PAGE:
Day - Training Examined:
4-Day - Training is defined as a CompTIA RFID+
certified preparatory course, taught by commercial organizations. Although
we have also included college curriculums in our examination.
Each training program is designed to familiarize an individual with all the
different facets of
RFID, as well as to prepare them to take the CompTIA RFID+ exam.
Currently, there are a few commercial providers and a few (but dramatically
growing) number of universities, community colleges and business schools
offering RFID training and instruction.
Commercial organizations traditionally offer courses on RFID+ Exam Preparation,
RFID in Supply Chain, RFID Software, and Vendor Specific
integration. In most commercial course
training, you will have several days of classroom study as well as a "hands
on" opportunity to work with tags, readers, antennas, etc. At the
conclusion of instruction, you may have the opportunity to take the CompTIA
RFID+ exam through your commercial provider.
College curriculums also cover several different types of RFID courses, tend
to provide much greater depth in specific areas of RFID, and are normally one or more
semesters long. At present, theses courses are traditionally a compliment to an existing
Engineering or Computer Science program, and may offer the
opportunity to achieve a Minor or Area of Concentration through the
university. Depending upon the schools financing or partnership with the
commercial sector, RFID labs might be present and offer a "hands on"
opportunity. At the conclusion of instruction, you may have the
opportunity to take the CompTIA RFID+ exam through your school, although
you will most likely need to engage a commercial testing facility.
While either a commercial provider or college will provide the necessary foundation to learn
RFID, you need the
select the one that best meets your needs.
You need to ask yourself these
- Am I a tech guy/girl by "choice" or by "nature"?
- How much can I afford to spend?
- How much time can I allocate to learn RFID?
- How far away is the training location I want?
- Does the training offer a "hands on" experience?
Lets go through each of these questions:
Am I a tech guy/girl by "choice" or by "nature"?
We all have gifts, whether its beauty or smarts or height or whatever!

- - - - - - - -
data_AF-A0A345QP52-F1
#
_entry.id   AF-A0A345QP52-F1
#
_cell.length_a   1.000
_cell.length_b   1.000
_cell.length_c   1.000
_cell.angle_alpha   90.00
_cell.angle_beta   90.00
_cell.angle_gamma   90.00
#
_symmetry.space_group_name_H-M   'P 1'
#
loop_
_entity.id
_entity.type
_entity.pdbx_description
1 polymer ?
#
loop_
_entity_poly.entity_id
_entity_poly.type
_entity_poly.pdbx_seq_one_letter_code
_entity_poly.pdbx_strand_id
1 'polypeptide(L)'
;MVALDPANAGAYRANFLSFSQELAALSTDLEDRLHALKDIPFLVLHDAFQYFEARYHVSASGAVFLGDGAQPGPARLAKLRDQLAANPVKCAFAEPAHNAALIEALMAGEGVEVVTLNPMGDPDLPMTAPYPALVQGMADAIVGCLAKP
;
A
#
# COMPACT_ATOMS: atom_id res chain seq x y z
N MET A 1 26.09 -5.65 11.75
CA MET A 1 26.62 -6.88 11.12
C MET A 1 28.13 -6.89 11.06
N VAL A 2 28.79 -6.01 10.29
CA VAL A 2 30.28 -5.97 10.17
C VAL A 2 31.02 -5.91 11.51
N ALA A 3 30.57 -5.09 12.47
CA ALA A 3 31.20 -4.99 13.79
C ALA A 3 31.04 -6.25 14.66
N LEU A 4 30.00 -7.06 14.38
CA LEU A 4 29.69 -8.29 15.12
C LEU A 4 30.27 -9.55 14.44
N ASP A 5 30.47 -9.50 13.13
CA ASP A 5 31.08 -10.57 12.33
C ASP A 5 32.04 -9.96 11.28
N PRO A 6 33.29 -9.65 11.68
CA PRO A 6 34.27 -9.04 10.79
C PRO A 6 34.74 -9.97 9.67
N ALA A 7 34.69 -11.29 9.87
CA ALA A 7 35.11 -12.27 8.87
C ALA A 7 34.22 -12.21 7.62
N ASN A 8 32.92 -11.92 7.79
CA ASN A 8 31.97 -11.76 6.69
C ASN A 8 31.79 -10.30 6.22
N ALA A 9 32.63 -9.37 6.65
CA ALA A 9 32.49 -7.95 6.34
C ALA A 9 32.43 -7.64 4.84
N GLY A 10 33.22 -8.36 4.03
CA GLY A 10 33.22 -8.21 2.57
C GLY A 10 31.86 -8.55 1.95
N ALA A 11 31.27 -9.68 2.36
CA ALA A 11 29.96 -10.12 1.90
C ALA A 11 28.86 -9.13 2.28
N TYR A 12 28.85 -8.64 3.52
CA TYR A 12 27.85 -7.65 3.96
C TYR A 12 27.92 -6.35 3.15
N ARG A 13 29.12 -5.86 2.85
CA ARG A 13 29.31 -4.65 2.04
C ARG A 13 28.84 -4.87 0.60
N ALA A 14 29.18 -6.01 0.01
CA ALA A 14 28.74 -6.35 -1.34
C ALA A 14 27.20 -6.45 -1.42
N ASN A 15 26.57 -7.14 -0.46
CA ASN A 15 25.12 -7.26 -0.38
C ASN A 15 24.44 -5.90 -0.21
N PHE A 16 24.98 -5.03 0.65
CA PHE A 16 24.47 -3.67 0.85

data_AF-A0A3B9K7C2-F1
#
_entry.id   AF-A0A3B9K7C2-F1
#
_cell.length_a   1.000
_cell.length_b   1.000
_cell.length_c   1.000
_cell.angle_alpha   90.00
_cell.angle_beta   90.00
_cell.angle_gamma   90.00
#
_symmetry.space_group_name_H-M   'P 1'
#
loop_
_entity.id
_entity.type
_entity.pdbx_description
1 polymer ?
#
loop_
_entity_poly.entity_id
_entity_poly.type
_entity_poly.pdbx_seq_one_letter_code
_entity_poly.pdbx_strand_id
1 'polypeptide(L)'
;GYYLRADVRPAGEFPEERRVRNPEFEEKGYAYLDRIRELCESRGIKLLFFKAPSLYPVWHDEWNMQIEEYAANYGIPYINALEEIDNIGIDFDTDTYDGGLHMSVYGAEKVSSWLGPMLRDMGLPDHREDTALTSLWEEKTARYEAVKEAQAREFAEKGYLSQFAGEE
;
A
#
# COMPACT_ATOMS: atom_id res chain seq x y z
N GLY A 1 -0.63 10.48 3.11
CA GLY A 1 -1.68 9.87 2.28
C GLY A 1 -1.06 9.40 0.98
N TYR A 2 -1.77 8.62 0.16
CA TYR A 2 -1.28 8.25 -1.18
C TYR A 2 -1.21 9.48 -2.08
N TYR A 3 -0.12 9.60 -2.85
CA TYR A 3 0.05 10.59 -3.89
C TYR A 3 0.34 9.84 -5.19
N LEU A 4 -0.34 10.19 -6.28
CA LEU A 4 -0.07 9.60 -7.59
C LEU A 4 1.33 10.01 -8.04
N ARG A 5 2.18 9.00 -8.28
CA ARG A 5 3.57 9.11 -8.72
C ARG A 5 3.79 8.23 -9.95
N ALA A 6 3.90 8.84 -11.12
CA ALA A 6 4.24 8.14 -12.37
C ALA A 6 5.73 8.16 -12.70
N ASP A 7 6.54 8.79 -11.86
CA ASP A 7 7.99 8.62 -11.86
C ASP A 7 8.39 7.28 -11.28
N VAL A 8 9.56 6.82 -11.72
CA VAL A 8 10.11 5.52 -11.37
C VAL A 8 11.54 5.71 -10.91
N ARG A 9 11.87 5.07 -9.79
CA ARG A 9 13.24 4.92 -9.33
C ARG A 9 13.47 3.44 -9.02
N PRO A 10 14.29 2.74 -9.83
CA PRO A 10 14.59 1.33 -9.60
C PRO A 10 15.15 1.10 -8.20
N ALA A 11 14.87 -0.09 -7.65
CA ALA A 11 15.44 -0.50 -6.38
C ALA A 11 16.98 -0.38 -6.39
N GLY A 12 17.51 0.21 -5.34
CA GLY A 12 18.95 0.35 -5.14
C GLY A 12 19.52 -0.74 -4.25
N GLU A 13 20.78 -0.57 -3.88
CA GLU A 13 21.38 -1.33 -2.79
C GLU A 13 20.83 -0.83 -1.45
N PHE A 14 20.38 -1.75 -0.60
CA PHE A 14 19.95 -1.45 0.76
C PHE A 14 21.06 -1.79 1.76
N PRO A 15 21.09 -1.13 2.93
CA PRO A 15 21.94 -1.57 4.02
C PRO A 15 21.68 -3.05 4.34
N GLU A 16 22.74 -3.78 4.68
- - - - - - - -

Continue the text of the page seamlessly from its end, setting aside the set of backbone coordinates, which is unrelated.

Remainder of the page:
But we have to be honest with ourselves and choose the most appropriate learning
methods consistent with our abilities. Take myself for example; I'm a tech
guy by choice, not by nature. What I mean is, I don't have a math brain,
I'm not going to learn difficult concepts the first time they are presented to
me. I might not even learn it the second time, but I will learn it the
third or fourth time, and my gift is that whatever I learn, I can teach. You need to ask yourself how intensive and how long of a program would be
beneficial to you? Is it a "boot camp" (a couple of days), a
week, or a semester long
program? Remember, it's not how quickly you learn, its how effectively you
learn and what you do with that knowledge.
How much can I afford to spend?
Obviously, this is a very critical question. For the most part, learning
RFID through a commercial provider, college, or even "boot camp"
provider, can be an expensive
proposition. Commercial providers are around four thousand dollars (4-days), just for the course, not including
travel, lodging, some meals, etc. I don't know about you, but four
thousand dollars is a lot of money to me. College pricing
today is staggering, and could easily range in the thousands if you include course(s), activity
fees, relocation (if necessary), etc. These options are not cheap, be sure to pick
the right solution, the cost effective solution for you.
How much time can I allocate to learn RFID?
Commercial courses are normally around 4 days (not including travel). At the
conclusion, in theory, you are prepared to take the CompTIA RFID+ exam.
The reality is, you're not even close. Could you just pass
the test? Maybe, but you wouldn't know the material really well like you
should. You are going to need to spend at least a couple of more weeks
reading your books, reviewing your material, and committing concepts and rules
to memory. A semester long course, or courses, offers a much more
comprehensive understanding of the technology, and a cumulative learning
affect. You will still need to study for the exam, but your knowledge will
be slowly built upon, and you'll be much more likely to remember the material
for a lot longer. Although not all of us have the time to commit to a
semester to learn anything. Once we're out of college, our "life
responsibilities" make it difficult to go back. However, if you are
in a favorable position to go to college, consider if it is the right choice?
How far away is the training location I want?
Unfortunately the training locations available today are all over the map
(literally). However, the major commercial providers are forging
partnerships with established training organizations and more and more locations
are becoming available. While ideally the training center or school
is in your home town, it's advisable to shop around 2 or 3 sites and compare
their curriculums and instructors. Not all training is created equal!
Does the training offer a "hands on" experience?
To develop an RFID Lab or "hands on" training center is equally an
expensive proposition. Just the hardware alone in labs can cost $25,000 or
more. Some training organizations have 1 or 2 labs, but provide
instructional courses over many locations. If the lab is in close
proximity to the course training then great, but if not, it will most likely be
an added cost to you in dollars and time. Make sure you are aware of where
the "hands on" training will take place before you commit to any
program. In addition, if your provider does NOT offer "hands on"
training, you need to find another provider.
Check out 2-Day -